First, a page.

Your 4 Worst Summer Skin Problems, Solved

With the warm weather comes every girl’s nightmare: sweaty, sticky, sometimes bumpy, less-than-perfect skin. This summer, don’t let your skincare take a vacation! We spoke with Ashley Aldridge, a dermatologist at Affiliated Troy Dermatologists in Michigan, and Janet Koprince, a Michigan-based dermatologist, to get fixes for the season’s biggest problems.

Sunburn

You get caught up in the excitement at your favorite amusement park, forget to apply sunscreen, and four hours later, you’re as red as a tomato. A painful sunburn can really put a damper on your summer fun.

To prevent it:

To avoid a burn, Aldridge says all people, no matter what skin color they have, should wear sunscreen with an SPF of 30 or higher and reapply it every two to three hours. When choosing a sunscreen, she recommends using one that contains physical blockers, such as titanium dioxide and zinc oxide. “Physical blockers are natural minerals that provide instant protection, whereas chemical sunscreens, found in a lot of over-the-counter brands, take half an hour to be effective,” she says. Dermalogica’s Super Sensitive Face Block ($45 at DermStore.com) and Neutrogena’s Sensitive Skin Sunscreen Lotion Broad Spectrum ($10.49 at Neutrogena.com) are some great physical blocker sunscreens to try.

To fix it:

While sunburn is highly uncomfortable, it can be relatively easy to soothe your symptoms! Aldridge says using anti-inflammatory gels will help alleviate the stinging pain associated with burns. Mill Creek Botanicals’s 99% Aloe Vera Gel ($5.99 at Walgreens) or another generic brand of aloe vera will do the trick. She adds that over-the-counter hydrocortisone cream, like this one by Aveeno ($5.60 at Aveeno.com), is also effective for treating inflammation caused by mild sunburns. For more extreme cases, you can take ibuprofen to help ease the pain. While it isn’t ideal to stay inside on a beautiful day, avoiding the sun will help quicken the healing process. If you must go outside, try to stay in the shade and keep the burn covered.

Dull or Dry Skin

Hanging out by the pool is a summer necessity, but the continuous exposure to sun, chlorine, and heat can make your skin drier than the Sahara. Hydration plays a major role in your overall health, and it’s also the key to healthy skin.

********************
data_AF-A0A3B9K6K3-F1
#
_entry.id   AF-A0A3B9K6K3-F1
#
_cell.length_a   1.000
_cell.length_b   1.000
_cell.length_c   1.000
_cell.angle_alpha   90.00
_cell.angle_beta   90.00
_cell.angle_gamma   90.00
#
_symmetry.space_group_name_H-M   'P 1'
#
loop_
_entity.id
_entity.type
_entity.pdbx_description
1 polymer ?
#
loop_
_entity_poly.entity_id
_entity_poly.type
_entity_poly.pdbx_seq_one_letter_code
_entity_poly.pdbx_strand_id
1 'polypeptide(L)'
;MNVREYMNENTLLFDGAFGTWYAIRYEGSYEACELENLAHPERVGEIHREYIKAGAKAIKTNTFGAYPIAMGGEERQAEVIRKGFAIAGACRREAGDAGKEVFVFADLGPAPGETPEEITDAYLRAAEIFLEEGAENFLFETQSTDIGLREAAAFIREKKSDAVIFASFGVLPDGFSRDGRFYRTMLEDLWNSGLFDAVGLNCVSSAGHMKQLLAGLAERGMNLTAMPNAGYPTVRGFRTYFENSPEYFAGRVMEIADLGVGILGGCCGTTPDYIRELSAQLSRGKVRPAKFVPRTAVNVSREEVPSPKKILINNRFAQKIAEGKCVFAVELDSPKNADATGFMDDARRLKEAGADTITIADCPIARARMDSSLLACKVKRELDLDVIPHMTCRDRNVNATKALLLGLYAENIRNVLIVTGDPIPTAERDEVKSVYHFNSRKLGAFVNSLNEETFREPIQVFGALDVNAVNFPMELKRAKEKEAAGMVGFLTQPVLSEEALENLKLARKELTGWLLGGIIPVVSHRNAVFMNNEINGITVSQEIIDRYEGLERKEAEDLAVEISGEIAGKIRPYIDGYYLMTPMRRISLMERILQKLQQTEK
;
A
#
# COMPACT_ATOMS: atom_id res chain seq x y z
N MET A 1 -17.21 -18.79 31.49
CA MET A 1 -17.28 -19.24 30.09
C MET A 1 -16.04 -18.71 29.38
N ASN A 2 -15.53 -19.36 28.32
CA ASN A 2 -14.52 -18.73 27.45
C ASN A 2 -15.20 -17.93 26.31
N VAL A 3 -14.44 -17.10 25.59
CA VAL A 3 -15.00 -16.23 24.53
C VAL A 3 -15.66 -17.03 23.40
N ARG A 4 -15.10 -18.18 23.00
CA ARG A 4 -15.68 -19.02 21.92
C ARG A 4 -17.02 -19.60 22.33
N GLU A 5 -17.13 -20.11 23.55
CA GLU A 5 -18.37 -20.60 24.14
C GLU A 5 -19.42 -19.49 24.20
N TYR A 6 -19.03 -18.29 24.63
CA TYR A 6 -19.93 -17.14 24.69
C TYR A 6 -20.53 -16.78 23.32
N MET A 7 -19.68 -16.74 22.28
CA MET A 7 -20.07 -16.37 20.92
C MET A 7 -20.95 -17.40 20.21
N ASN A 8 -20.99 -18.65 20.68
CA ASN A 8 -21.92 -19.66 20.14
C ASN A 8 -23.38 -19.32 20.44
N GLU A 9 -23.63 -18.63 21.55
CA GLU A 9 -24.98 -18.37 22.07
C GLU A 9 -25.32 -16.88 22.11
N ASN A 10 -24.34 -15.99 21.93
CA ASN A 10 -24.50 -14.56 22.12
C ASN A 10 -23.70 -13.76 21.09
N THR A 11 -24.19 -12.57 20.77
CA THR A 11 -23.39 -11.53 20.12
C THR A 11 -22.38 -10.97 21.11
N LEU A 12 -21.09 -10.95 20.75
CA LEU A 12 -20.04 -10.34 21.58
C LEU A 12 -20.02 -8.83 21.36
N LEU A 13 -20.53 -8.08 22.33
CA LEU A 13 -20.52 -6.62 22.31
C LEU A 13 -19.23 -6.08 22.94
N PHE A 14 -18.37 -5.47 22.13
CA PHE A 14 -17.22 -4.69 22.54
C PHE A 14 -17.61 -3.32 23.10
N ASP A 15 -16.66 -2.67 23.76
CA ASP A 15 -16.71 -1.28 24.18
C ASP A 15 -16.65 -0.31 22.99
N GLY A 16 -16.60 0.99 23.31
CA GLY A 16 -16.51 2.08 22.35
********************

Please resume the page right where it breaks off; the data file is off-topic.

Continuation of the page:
To prevent it:

Moisturizing is crucial here! Aldridge says the best time to moisturize is when your skin is still damp. She suggests that after you shower, you apply lotion generiously to areas that are prone to being dry: your elbows, knees, ankles, and thighs, as well as behind your arms. After applying lotion, gently pat your skin dry with a towel. This helps trap the water molecules in the surface of your skin. Keeping a bottle of body lotion in your bathroom can make this step super easy! Nivea’s Smooth Sensation Triple Action Daily Lotion ($17.69 at Walmart.com) and The Body Shop’s Cocoa Butter Hand & Body Lotion ($12 at thebodyshop-usa.com) are lotions that will help lock in moisture for smoother skin. Drinking lots of water is also a simple way to hydrate your skin!

To fix it:

A buildup of dead skin cells leads to the dry, cracked skin that every girl loathes. In order for lotion to do its job, the dead cell wall needs to be removed. You can do this by exfoliating in the shower or using an acidic lotion when you moisturize. Aldridge says that lotions with salicylic acid double as an exfoliator to remove these unwanted dead skin cells. Looking for a good exfoliator? Try C.O. Bigelow’s Mentha Body Exfoliating Soap ($7.50 at Bath & Body Works).

Koprince says your skin becomes sensitive after exfoliating, so it is important to wear sunscreen or stay covered if you know you’ll be going outside. She also says wearing sunscreen after exfoliating helps lock the moisture in.